Pakistan said Monday there have been no fatalities for the past three days from the deadly floods that engulfed the country since mid-June, a hopeful sign that the nation is turning a corner on the disaster.
Since the start of the unprecedented monsoon rains and flooding, 1,545 people have died and thousands more have been injured. The floods have affected 33 million people, leaving hundreds of thousands homeless. Swelling waters have swept away villages, roads and bridges, and at one point inundated a third of Pakistan’s territory.
In the aftermath of the devastation, doctors and medical workers are battling the increase in waterborne diseases and other infections, and struggling to treat the sick and deliver medicines, food supplies and tents to people displaced by the floods.
The National Disaster Management Authority said the waters have now returned to normal levels in all rivers, lakes and reservoirs. Experts have said the flooding was worsened by climate change.
According to the provincial health department in Sindh, the country’s worst-hit province, a total of 68,418 patients were registered there on Sunday. Hundreds of villages in Sindh remain under water. Last week, doctors said they treated 90,000 patients at medical and makeshift camps across the province.
Most of the patients, mainly women and children, suffer from waterborne diseases, skin infections and dengue fever, the Sindh health department said. Among those killed by the floods in Pakistan this summer were 552 children and 315 women.
Last week, the U.N. children’s agency said more deaths from diseases can be avoided by ensuring medical facilities in flood-affected areas were adequately supplied.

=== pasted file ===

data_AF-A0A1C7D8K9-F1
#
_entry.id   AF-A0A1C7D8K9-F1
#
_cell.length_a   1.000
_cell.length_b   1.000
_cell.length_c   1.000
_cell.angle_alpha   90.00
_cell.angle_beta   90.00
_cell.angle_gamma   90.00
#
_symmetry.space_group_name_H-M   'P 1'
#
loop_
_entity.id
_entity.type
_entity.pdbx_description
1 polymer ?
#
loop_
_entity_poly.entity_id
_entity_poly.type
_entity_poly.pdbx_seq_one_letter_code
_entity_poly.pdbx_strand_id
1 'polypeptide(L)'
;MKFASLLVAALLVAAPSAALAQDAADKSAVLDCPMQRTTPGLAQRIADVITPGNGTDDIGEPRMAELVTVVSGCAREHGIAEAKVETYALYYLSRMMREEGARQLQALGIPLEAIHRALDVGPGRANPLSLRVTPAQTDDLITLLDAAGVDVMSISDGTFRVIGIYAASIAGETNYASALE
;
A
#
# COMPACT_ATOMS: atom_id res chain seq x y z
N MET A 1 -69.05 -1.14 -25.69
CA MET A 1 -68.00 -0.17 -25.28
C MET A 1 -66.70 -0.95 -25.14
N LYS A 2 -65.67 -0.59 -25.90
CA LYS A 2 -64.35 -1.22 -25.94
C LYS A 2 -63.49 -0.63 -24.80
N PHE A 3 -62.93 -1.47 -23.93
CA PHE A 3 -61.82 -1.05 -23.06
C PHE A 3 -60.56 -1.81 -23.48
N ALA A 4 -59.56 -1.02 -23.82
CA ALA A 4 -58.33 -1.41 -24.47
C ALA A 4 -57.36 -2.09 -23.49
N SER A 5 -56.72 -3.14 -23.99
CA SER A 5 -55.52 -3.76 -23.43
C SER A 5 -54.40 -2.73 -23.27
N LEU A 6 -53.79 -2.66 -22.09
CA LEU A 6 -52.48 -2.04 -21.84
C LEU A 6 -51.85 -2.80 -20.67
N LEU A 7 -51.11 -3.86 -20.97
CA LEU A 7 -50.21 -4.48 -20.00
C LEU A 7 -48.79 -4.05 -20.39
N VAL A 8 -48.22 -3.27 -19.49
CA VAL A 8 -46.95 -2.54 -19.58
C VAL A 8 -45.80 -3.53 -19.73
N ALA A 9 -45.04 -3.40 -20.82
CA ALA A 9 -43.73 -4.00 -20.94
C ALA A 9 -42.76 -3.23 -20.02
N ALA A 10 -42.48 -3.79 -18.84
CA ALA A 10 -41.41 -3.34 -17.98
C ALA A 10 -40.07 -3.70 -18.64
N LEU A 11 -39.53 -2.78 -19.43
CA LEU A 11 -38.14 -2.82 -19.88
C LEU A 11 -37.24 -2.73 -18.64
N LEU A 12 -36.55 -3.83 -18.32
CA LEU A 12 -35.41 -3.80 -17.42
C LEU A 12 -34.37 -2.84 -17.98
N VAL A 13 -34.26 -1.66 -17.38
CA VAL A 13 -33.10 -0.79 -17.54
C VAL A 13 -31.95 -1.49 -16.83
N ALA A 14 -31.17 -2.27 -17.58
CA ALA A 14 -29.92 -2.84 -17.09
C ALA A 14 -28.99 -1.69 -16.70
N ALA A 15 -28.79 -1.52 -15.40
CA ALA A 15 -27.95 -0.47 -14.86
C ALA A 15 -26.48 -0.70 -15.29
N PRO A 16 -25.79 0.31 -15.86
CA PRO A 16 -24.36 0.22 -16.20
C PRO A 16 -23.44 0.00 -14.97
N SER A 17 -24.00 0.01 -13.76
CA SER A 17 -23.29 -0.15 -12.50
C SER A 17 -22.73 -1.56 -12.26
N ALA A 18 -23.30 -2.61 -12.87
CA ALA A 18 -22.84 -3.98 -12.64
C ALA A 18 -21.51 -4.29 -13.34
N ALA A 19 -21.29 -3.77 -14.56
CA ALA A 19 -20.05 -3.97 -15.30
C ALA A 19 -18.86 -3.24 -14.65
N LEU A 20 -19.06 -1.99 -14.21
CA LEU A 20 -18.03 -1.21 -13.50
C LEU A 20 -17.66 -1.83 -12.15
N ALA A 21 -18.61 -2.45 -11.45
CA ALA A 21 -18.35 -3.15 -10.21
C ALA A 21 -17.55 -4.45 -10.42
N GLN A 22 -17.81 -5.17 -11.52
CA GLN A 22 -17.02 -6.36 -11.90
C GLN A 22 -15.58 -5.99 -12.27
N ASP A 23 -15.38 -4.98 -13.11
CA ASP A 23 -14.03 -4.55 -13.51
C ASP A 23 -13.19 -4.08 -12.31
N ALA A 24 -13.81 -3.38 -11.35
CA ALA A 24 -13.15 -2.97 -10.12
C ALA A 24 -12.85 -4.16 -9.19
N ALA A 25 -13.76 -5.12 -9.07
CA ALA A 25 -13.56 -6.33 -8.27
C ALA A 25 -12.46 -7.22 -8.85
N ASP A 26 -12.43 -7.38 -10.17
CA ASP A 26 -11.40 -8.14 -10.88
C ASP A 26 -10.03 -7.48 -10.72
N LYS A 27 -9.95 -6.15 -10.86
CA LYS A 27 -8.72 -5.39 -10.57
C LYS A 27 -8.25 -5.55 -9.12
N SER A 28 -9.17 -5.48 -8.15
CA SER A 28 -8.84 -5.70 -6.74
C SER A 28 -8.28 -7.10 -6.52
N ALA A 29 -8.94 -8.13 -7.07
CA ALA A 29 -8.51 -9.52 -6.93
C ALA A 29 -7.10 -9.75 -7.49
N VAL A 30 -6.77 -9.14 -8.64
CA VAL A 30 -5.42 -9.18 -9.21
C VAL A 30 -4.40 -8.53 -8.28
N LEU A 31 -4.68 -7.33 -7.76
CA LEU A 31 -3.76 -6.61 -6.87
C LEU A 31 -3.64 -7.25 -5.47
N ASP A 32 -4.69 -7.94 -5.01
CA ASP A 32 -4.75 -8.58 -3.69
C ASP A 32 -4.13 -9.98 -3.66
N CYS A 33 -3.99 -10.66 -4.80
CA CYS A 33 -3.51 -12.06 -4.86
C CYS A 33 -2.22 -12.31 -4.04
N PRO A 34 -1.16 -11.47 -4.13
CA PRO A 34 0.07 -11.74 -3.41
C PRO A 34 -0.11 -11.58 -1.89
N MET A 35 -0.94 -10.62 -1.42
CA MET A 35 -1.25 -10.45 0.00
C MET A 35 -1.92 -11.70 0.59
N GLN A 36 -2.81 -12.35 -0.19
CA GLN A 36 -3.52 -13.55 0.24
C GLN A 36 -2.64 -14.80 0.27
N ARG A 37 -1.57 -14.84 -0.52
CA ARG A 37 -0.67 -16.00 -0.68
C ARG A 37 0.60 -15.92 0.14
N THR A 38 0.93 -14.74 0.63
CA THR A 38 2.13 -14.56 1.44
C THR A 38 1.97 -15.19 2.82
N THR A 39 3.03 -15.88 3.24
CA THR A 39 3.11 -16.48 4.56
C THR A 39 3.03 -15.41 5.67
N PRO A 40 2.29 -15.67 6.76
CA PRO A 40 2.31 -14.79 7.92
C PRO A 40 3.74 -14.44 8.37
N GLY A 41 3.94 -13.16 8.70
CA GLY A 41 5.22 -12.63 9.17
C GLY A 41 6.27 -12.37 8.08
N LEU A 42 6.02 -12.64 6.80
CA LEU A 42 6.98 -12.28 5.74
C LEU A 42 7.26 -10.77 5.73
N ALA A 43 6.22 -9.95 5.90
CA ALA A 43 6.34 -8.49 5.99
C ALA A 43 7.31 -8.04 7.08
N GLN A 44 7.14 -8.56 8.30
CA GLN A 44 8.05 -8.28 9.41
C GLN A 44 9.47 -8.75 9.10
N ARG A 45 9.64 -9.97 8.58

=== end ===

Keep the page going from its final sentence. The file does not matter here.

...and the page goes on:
“I have been in flood-affected areas … the situation for families is beyond bleak, and the stories I heard paint a desperate picture,” said Abdullah Fadil, the UNICEF representative in Pakistan, adding that young mothers were exhausted or ill and unable to breastfeed their babies.
“All of us on the ground see malnourished children, battling diarrhea and malaria, dengue fever, and many with painful skin conditions,” Fadil added. “A lot of the mothers are anemic and malnourished themselves and have very low-weight babies.”
Fadil has said the floods have affected 16 million children. Pakistani authorities have set up more than 13,000 medical camps in flood-hit areas in Sindh.
Pakistani Prime Minister Shahbaz Sharif, who is in New York to attend the gathering of world leaders at the U.N. General Assembly, urged the international community to send more help to flood victims. Sharif is expected to make another appeal for help at the U.N. event.